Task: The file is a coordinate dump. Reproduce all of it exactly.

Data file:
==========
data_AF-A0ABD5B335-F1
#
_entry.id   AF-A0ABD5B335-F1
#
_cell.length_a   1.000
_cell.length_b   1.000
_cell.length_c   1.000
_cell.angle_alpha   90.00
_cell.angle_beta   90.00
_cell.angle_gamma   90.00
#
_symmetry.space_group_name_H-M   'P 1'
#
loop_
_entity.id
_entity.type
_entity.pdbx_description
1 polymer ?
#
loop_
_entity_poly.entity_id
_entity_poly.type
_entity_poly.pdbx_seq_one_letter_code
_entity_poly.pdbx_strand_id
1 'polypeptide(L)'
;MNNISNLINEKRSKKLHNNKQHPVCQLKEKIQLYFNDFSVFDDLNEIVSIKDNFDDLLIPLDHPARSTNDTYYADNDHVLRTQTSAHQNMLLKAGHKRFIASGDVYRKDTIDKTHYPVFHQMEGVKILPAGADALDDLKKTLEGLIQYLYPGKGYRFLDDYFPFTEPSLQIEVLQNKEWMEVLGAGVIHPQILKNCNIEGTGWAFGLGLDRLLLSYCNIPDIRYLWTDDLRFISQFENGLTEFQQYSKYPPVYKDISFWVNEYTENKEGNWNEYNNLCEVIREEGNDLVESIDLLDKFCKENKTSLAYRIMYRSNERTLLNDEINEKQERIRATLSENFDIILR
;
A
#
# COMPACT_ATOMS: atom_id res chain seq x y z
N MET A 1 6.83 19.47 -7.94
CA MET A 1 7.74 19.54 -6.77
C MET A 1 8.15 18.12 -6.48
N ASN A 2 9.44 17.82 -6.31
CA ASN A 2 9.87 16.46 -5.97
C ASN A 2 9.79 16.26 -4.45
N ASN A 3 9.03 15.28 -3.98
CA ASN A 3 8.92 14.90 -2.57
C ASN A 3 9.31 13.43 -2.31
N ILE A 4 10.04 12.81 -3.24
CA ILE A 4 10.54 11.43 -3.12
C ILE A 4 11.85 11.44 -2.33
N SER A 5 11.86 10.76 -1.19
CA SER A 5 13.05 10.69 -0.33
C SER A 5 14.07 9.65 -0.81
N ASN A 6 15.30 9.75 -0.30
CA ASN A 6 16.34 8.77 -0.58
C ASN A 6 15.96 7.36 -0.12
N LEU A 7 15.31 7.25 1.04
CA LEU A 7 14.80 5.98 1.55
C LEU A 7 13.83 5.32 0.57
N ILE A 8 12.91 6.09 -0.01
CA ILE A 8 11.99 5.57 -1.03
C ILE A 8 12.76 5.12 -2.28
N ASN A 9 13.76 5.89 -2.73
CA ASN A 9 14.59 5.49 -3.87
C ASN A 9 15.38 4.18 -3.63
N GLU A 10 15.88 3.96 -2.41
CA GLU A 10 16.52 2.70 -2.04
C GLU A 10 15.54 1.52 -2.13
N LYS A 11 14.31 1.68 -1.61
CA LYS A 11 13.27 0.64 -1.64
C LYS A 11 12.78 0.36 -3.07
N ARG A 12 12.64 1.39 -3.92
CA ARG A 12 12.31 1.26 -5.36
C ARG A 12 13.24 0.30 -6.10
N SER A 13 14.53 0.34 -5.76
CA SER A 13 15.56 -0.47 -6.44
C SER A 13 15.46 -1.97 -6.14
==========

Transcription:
data_AF-A0ABD5B335-F1
#
_entry.id   AF-A0ABD5B335-F1
#
_cell.length_a   1.000
_cell.length_b   1.000
_cell.length_c   1.000
_cell.angle_alpha   90.00
_cell.angle_beta   90.00
_cell.angle_gamma   90.00
#
_symmetry.space_group_name_H-M   'P 1'
#
loop_
_entity.id
_entity.type
_entity.pdbx_description
1 polymer ?
#
loop_
_entity_poly.entity_id
_entity_poly.type
_entity_poly.pdbx_seq_one_letter_code
_entity_poly.pdbx_strand_id
1 'polypeptide(L)'
;MNNISNLINEKRSKKLHNNKQHPVCQLKEKIQLYFNDFSVFDDLNEIVSIKDNFDDLLIPLDHPARSTNDTYYADNDHVLRTQTSAHQNMLLKAGHKRFIASGDVYRKDTIDKTHYPVFHQMEGVKILPAGADALDDLKKTLEGLIQYLYPGKGYRFLDDYFPFTEPSLQIEVLQNKEWMEVLGAGVIHPQILKNCNIEGTGWAFGLGLDRLLLSYCNIPDIRYLWTDDLRFISQFENGLTEFQQYSKYPPVYKDISFWVNEYTENKEGNWNEYNNLCEVIREEGNDLVESIDLLDKFCKENKTSLAYRIMYRSNERTLLNDEINEKQERIRATLSENFDIILR
;
A
#
# COMPACT_ATOMS: atom_id res chain seq x y z
N MET A 1 6.83 19.47 -7.94
CA MET A 1 7.74 19.54 -6.77
C MET A 1 8.15 18.12 -6.48
N ASN A 2 9.44 17.82 -6.31
CA ASN A 2 9.87 16.46 -5.97
C ASN A 2 9.79 16.26 -4.45
N ASN A 3 9.03 15.28 -3.98
CA ASN A 3 8.92 14.90 -2.57
C ASN A 3 9.31 13.43 -2.31
N ILE A 4 10.04 12.81 -3.24
CA ILE A 4 10.54 11.43 -3.12
C ILE A 4 11.85 11.44 -2.33
N SER A 5 11.86 10.76 -1.19
CA SER A 5 13.05 10.69 -0.33
C SER A 5 14.07 9.65 -0.81
N ASN A 6 15.30 9.75 -0.30
CA ASN A 6 16.34 8.77 -0.58
C ASN A 6 15.96 7.36 -0.12
N LEU A 7 15.31 7.25 1.04
CA LEU A 7 14.80 5.98 1.55
C LEU A 7 13.83 5.32 0.57
N ILE A 8 12.91 6.09 -0.01
CA ILE A 8 11.99 5.57 -1.03
C ILE A 8 12.76 5.12 -2.28
N ASN A 9 13.76 5.89 -2.73
CA ASN A 9 14.59 5.49 -3.87
C ASN A 9 15.38 4.18 -3.63
N GLU A 10 15.88 3.96 -2.41
CA GLU A 10 16.52 2.70 -2.04
C GLU A 10 15.54 1.52 -2.13
N LYS A 11 14.31 1.68 -1.61
CA LYS A 11 13.27 0.64 -1.64
C LYS A 11 12.78 0.36 -3.07
N ARG A 12 12.64 1.39 -3.92
CA ARG A 12 12.31 1.26 -5.36
C ARG A 12 13.24 0.30 -6.10
N SER A 13 14.53 0.34 -5.76
CA SER A 13 15.56 -0.47 -6.44
C SER A 13 15.46 -1.97 -6.14